China has raised fuel prices for the second time this year as it tries to get to grips with the rising cost of crude oil. Gasoline and diesel are to be subject to 6.4 point and 7 point cost increases respectively.
The move represents significant progress in both domestic energy and economic policy, and suggests the political establishment is getting increasingly comfortable with the concept of inflation. In previous years, the government has employed a strict strategy of price controls to stifle the impact of rising energy prices, but has allowed slight increases in recent months.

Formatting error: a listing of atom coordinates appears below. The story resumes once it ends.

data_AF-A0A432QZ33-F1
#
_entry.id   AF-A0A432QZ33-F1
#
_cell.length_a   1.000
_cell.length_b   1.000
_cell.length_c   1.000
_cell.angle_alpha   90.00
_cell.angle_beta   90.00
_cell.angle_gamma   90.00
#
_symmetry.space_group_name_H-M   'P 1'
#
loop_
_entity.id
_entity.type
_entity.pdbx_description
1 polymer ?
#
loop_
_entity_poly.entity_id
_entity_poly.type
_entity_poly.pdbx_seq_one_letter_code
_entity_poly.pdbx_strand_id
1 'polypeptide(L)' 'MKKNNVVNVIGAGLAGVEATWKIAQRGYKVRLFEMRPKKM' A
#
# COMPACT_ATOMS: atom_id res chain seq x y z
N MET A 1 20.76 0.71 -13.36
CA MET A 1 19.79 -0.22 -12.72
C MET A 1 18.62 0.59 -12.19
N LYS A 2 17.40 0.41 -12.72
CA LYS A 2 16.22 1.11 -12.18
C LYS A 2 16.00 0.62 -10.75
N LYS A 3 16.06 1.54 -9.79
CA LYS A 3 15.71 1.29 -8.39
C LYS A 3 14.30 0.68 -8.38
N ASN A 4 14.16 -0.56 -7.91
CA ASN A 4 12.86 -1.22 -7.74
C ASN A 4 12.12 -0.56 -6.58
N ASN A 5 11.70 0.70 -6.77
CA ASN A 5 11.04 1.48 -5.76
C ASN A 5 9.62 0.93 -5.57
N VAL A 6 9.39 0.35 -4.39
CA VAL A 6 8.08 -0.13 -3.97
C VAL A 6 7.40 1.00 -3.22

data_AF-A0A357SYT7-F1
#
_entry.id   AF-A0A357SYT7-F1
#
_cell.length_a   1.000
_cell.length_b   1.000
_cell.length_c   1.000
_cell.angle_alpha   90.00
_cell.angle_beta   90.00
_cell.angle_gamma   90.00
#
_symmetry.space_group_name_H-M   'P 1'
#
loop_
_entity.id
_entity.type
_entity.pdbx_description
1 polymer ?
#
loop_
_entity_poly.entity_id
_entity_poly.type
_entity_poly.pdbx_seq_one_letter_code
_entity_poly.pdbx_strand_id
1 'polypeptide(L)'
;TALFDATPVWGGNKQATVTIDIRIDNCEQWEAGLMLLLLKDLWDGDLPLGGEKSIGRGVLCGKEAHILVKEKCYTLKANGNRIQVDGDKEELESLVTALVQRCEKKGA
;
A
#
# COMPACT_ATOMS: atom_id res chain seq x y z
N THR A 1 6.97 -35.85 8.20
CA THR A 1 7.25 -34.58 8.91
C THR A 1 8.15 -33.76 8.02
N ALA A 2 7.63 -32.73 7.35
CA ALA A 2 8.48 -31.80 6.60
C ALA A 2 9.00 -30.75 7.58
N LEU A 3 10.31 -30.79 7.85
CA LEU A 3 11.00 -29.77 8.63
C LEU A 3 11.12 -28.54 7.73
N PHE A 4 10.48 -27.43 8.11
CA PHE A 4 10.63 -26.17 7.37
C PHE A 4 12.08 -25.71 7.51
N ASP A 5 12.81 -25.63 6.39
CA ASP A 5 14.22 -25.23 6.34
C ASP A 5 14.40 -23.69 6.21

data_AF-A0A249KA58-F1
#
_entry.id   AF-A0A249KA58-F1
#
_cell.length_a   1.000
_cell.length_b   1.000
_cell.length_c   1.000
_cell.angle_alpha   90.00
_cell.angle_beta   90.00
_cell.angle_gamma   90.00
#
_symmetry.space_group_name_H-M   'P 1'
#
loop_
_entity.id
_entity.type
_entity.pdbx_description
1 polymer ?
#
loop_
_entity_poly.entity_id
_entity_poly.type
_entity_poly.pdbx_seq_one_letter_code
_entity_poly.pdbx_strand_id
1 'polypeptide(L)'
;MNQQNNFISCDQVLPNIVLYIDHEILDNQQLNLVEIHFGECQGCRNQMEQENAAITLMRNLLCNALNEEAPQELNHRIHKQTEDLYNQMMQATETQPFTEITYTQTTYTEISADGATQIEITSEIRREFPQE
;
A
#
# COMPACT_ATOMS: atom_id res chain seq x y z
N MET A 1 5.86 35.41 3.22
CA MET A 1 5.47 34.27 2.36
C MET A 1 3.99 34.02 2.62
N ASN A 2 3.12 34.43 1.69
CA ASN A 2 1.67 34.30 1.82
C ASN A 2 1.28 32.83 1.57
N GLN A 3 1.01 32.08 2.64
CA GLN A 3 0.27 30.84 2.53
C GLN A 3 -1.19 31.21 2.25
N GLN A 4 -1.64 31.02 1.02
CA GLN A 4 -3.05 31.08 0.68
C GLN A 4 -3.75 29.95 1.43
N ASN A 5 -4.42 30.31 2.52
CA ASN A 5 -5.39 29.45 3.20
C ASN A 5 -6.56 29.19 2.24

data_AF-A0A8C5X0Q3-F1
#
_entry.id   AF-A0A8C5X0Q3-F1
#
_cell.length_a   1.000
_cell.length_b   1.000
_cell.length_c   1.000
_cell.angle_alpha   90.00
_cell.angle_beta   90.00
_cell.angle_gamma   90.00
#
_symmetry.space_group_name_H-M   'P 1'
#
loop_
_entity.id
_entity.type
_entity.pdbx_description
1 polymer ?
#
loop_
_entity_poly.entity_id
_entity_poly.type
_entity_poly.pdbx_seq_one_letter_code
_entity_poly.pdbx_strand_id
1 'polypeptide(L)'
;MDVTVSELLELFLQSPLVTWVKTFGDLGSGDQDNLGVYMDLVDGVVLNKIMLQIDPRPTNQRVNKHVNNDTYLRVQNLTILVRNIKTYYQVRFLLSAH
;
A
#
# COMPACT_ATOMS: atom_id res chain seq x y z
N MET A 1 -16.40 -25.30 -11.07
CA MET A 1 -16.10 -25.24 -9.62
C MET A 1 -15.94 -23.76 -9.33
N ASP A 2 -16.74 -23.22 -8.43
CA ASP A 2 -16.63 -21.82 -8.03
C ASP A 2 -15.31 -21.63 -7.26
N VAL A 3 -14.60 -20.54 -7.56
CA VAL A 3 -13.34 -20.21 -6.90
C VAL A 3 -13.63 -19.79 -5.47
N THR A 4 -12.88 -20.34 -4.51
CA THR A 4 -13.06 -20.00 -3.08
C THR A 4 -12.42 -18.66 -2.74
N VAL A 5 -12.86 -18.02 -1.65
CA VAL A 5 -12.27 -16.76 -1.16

At the weekend, Chinese Premier Wen Jibao issued a statement asserting that the Chinese government will continue to offer oil subsidies if international oil prices increase. Western sanctions against Iran, the world's fifth largest oil producer, have forced global oil prices up further than ever in recent weeks.